It is full steam ahead for an industry that a Hampshire town once thought had departed for ever.
Seven years ago Eastleigh Railway Works closed, bringing to an end a century of work at the Campbell Road site.
But the industry has been making a comeback, for with the announcement that Arlington Fleet Services Ltd is expanding its operation to 325,000 sq ft, the once deserted Eastleigh works is now almost fully occupied.
The company is the principal occupier of the 47-acre site owned by Key Property Investments – a 50/50 joint venture between St Modwen and Salhia Real Estate.
It has successfully re-established Eastleigh works as an important job centre focused on rail related businesses.
Today it offers high-quality engineering facilities with more than a mile of railway track inside the main works building and cranes that are capable of lifting up to 50 tonnes.
The firm has also announced it is extending its lease to the end of 2019, securing the longer-term operation of engineering services, including storage, servicing, maintenance and repair of railway traction and rolling stock.
Managing director Barry Stephens said: “Eastleigh works is a unique offer in the UK rail industry with the provision of managed workshop facilities creating a large-scale open-access railway engineering centre. It is an excellent site to develop our business and we welcome the support of St Modwen in assisting us to grow our operation.”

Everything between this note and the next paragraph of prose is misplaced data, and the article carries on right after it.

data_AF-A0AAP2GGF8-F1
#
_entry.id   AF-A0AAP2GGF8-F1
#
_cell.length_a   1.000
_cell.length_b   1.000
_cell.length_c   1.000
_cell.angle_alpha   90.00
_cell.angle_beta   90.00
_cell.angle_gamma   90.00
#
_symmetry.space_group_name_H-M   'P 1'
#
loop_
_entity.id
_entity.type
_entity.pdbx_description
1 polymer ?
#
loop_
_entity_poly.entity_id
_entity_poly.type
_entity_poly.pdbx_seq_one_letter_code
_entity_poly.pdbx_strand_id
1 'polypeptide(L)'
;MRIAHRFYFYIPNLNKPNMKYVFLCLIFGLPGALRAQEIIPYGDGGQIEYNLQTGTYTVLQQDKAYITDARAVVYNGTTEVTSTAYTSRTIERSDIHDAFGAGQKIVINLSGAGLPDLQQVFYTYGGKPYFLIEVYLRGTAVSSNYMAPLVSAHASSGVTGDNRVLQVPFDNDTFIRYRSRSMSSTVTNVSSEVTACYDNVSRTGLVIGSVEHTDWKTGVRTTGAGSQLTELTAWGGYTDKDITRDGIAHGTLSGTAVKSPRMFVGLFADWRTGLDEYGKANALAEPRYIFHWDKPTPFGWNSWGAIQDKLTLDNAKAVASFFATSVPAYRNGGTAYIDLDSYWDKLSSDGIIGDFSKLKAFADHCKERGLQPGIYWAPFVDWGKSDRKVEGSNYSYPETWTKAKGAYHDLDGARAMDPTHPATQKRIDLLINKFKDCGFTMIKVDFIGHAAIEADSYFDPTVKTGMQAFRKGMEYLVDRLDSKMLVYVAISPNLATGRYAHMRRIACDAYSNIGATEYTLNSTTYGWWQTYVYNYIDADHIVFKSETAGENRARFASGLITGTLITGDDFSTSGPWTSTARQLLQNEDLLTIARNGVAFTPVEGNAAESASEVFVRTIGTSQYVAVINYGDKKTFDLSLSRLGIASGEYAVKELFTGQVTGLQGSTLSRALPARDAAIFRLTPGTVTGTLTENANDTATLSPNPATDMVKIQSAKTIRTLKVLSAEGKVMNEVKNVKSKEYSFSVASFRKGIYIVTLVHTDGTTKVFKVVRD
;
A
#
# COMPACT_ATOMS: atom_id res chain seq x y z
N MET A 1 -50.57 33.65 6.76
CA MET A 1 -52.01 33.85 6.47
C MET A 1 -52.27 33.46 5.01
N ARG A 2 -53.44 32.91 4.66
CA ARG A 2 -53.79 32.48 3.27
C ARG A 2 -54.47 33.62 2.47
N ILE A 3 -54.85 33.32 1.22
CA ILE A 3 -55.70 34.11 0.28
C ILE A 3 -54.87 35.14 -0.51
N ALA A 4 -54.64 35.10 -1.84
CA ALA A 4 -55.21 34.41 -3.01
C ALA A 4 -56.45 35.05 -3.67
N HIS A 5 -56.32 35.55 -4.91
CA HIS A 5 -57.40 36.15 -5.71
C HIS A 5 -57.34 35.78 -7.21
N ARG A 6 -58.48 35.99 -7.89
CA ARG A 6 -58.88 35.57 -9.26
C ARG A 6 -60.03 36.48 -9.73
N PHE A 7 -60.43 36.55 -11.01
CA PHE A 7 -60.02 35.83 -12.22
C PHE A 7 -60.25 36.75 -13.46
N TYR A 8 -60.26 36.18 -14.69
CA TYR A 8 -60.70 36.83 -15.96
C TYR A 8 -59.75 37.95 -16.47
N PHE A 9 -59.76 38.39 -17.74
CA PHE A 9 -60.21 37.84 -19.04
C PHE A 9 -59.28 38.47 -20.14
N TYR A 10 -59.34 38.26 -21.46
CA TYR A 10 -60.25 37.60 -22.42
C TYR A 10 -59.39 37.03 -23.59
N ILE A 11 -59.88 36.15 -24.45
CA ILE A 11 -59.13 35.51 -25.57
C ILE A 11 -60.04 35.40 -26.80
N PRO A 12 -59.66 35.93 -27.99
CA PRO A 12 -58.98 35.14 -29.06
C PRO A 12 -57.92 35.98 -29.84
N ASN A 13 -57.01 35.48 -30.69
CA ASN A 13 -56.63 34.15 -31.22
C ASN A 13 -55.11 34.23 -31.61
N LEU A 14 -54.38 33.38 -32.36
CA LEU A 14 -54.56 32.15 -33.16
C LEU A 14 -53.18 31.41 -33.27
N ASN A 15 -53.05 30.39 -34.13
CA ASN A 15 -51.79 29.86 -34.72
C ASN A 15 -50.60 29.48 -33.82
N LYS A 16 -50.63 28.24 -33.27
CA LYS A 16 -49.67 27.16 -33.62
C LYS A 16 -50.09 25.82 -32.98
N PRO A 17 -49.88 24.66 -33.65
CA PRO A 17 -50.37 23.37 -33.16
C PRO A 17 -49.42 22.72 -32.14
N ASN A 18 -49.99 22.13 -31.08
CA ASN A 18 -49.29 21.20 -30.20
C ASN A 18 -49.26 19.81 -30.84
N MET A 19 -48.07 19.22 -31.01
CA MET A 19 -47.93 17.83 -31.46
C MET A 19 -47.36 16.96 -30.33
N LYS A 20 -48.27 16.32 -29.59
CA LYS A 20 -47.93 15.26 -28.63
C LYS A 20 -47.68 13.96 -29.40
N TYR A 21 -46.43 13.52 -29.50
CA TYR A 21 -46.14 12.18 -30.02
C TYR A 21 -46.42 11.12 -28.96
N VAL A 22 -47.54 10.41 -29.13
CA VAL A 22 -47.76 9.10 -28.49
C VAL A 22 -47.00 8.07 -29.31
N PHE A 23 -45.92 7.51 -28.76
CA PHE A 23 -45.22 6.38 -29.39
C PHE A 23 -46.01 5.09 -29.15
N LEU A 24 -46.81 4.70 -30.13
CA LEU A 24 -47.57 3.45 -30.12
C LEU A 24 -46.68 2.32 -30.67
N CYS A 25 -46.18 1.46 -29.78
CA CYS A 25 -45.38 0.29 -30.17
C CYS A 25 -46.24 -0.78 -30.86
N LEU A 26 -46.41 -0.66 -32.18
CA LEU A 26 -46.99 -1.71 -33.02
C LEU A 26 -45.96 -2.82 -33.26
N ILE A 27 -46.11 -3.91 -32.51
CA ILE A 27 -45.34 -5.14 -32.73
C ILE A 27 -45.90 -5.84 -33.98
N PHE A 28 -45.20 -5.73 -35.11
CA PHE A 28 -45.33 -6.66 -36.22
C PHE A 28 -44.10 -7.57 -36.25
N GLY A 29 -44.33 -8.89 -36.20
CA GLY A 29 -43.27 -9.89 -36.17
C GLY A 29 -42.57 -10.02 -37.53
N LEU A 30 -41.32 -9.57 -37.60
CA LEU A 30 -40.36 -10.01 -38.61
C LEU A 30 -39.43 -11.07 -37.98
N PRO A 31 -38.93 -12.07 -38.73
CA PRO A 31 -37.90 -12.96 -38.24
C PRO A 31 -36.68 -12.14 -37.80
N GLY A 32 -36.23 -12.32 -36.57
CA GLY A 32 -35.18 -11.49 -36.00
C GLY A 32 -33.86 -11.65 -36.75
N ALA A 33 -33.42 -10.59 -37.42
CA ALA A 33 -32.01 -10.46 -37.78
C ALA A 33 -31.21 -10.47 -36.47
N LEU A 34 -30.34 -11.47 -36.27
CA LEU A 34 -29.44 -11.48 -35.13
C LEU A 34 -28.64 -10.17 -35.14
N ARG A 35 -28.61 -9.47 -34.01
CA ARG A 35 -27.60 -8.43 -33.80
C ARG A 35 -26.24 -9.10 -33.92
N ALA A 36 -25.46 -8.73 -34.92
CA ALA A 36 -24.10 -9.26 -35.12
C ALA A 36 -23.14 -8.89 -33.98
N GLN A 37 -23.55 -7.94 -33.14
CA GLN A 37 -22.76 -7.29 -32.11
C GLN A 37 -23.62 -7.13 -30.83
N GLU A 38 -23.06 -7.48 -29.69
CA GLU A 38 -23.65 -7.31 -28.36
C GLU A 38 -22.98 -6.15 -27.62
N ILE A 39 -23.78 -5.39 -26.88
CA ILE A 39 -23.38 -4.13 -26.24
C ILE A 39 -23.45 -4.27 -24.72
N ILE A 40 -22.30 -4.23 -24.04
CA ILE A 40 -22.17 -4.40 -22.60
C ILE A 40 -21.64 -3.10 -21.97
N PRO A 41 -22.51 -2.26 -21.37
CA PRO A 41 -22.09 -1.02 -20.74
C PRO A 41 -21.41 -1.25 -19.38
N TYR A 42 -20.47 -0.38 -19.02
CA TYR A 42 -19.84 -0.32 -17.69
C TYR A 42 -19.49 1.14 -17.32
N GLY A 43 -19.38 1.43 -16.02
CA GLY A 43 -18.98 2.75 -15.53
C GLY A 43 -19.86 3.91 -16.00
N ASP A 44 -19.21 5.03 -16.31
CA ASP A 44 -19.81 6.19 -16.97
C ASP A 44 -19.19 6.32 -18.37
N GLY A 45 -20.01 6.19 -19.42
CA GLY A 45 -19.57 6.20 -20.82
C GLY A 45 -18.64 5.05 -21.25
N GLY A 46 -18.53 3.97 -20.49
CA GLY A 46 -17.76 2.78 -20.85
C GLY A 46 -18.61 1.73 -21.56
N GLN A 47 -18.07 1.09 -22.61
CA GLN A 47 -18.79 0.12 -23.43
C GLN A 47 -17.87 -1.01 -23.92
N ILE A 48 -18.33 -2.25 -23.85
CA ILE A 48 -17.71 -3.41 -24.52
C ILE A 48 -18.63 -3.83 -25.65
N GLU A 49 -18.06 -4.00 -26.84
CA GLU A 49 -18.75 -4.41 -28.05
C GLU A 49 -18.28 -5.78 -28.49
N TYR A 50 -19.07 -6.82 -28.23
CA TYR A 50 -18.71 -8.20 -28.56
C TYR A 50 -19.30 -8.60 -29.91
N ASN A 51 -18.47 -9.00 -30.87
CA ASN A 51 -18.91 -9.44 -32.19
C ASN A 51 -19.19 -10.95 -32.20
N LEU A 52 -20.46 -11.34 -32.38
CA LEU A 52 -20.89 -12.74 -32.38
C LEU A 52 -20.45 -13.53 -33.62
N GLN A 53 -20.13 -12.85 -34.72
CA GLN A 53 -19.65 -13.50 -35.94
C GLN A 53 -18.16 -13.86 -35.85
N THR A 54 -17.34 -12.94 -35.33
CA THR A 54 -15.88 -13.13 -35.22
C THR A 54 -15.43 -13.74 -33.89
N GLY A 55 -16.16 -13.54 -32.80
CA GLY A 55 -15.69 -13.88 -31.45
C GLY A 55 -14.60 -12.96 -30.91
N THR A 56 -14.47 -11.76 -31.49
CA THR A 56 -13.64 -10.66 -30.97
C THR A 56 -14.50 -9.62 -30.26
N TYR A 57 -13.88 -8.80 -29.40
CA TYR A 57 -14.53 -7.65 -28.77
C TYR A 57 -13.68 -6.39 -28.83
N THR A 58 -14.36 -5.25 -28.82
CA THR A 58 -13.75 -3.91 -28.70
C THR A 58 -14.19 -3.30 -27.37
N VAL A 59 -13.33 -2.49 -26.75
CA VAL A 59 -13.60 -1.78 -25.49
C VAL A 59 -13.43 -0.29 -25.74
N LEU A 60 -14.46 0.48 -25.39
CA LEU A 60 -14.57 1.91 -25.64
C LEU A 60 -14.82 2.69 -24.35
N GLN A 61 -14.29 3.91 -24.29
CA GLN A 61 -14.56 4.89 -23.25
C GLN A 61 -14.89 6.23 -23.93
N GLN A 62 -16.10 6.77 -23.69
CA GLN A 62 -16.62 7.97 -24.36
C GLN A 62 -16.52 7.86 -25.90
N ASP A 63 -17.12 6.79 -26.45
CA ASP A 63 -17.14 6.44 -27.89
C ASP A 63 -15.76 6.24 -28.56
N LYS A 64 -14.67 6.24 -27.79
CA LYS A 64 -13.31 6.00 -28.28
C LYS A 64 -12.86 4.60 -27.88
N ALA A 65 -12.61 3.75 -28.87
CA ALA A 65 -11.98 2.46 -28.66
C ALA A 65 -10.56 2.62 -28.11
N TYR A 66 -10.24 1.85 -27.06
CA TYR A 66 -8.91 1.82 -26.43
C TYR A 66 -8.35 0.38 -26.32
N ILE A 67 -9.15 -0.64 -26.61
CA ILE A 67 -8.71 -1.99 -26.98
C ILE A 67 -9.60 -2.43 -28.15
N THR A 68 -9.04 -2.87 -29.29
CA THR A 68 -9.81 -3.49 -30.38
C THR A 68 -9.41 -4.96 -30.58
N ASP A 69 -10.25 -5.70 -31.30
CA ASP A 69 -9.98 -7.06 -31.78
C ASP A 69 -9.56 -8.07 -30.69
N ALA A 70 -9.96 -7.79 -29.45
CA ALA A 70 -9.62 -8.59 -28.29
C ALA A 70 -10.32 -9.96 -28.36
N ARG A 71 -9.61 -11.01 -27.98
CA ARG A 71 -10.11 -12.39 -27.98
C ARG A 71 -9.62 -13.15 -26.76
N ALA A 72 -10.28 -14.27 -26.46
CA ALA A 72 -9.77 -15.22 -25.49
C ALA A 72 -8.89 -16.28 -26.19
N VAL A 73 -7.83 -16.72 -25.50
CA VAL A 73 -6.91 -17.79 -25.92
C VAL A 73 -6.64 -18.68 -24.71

St Modwen development director Nick Kay said: “We believe it is vital to build a close working relationship with all our occupiers and are pleased to support the expansion of Arlington Fleet Services Ltd as the company continues to go from strength to strength.
“To see the works vibrant and active bears testimony to St Modwen’s hands-on approach to asset management and ability to meet the needs of growing businesses.”
The works is located adjacent to Southampton Airport and in close proximity to Junction 5 of the M27.
It was built as a locomotive build and heavy repair factory in 1909 and was at the heart of railway engineering in the south of England for almost a century.